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NCAA extends extra year of eligibility to spring sport athletes

The Western Washington University softball team huddles up on Tuesday, Apr. 9, 2019. Spring athletes are being offered an extra season of eligibility due to COVID-19. // Photo by Zachary Jimenez

For this year’s seniors, the 2020 season doesn’t have to be the last one

By Kevin Mullin

Like many other on-campus activities, collegiate sports were shuttered this spring as a result of the COVID-19 pandemic. In an effort to make up for the lost season, the National Collegiate Athletic Association, the governing body in charge of college athletics, announced at the end of March that it has offered spring athletes an extra season of eligibility. 

In Division II, student-athletes have four seasons per sport of eligibility to compete over the course of five years of collegiate enrollment. Athletes have the option to take a season off of competition for injury and return for that fifth year, a process called redshirting. 

Some Viking athletes plan to use this extra year to have a normal final season while they continue their education at Western.

Fourth-year softball outfielder Lauren Lo said she would be taking the extra season. “This is the last year I would be able to play, I want to take advantage of that…I just got into the masters program for accounting here, so it works out well for eligibility.” 

Second-year rower Brenna Rice is considering the possibility, and is also weighing the option of postgraduate education. “I love rowing, and I would love for my extra time to be spent rowing, so with that extra year in the two years of grad school, I could potentially be rowing through grad school,” Rice said. 

For other athletes, it’s a little too soon to make the call for sure. When asked if she’ll be using the extra season, third-year softball pitcher Anna Kasner said, “I don’t know, things could always change. I could play next year and think ‘Oh, I actually do want to do a sixth year.’ I think I have options, nothing is set in stone.” 

For student athletes who rely on scholarships to pay their way through school, changes in scholarship structure may play a part in their decision to take the extra year or not. 

When asked if returning seniors would get the same amount of aid, Dr. T.H ‘Butch’ Kamena, assistant athletics director for NCAA compliance,  said, “That’s something that’s under review right now. The NCAA would permit us to provide the full aid, but it’s something that we’re reviewing right now; we’ll have to determine as we go forward.”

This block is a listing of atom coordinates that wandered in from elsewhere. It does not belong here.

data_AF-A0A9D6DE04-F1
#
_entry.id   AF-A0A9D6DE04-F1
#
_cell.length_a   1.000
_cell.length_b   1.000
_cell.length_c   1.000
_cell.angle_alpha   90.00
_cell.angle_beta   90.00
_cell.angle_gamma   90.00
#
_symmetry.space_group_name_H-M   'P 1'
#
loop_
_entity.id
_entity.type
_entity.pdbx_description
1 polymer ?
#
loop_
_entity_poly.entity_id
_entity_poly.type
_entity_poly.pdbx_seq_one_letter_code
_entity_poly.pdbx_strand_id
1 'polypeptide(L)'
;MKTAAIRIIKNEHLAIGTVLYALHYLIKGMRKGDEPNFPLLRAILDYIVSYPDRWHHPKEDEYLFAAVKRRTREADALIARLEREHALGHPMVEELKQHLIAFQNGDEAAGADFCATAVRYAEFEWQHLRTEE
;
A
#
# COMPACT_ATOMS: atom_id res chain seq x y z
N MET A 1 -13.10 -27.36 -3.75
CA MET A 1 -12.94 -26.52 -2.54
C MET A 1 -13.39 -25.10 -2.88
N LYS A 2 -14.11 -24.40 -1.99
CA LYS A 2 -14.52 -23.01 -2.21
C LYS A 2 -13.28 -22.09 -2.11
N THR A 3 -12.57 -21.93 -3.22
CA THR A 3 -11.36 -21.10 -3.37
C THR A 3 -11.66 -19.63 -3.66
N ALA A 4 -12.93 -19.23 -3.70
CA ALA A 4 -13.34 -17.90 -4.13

One thing it seems most people agree wholeheartedly on is that the decision by the NCAA to extend an extra year of eligibility was the right one.

“Oh for sure, it was definitely the right choice, especially for the seniors,” Kasner said. “That’s not fair, seniors need to have a senior night, an opportunity to know it’s the last game.” 

Lo mentioned the uniqueness of the collegiate sport experience in her support of the decision. 

“This is our last shot we get to do something we’re really passionate about,” she said. “Our team always talks about how we really cherish these moments because we’re never going to get this experience anywhere else, and so to have one more year is really nice.” 

When asked if she thought the decision was the right one, Rice said, “Yes, I do …everyone’s been training hard up until this point …I’m really glad that the NCAA granted another year of eligibility because nobody has actually competed yet.” 

The athletes were not the only ones in support of the decision. 

Kamena offered his support as well. “I think it was a pretty straightforward move. You’ve basically had a season of competition removed from everyone, and so I think this was a straightforward way to address that.” 

Despite this break from competition and physical separation from each other, the Viking athletes are still keeping up their esprit de corps. 

Kasner said of the softball team, “We have team Zoom calls, we’re still keeping in touch with each other. I think it’s really important to make sure that our community and bonds are still there … but I just think that we’re using this as a way to better ourselves and figure out how to make ourselves better whether that’s on the field or in the classroom.” 

Western’s crew team is also doing their best to stay connected.

When asked about some rower’s goals for the upcoming season, Rice said, “Get to the [National] championships … building team dynamic, building strength and conditioning and the relationships…so I think just working as hard as we can ourselves and trying to stay in contact with each other in the meantime to help build that team dynamic.” 

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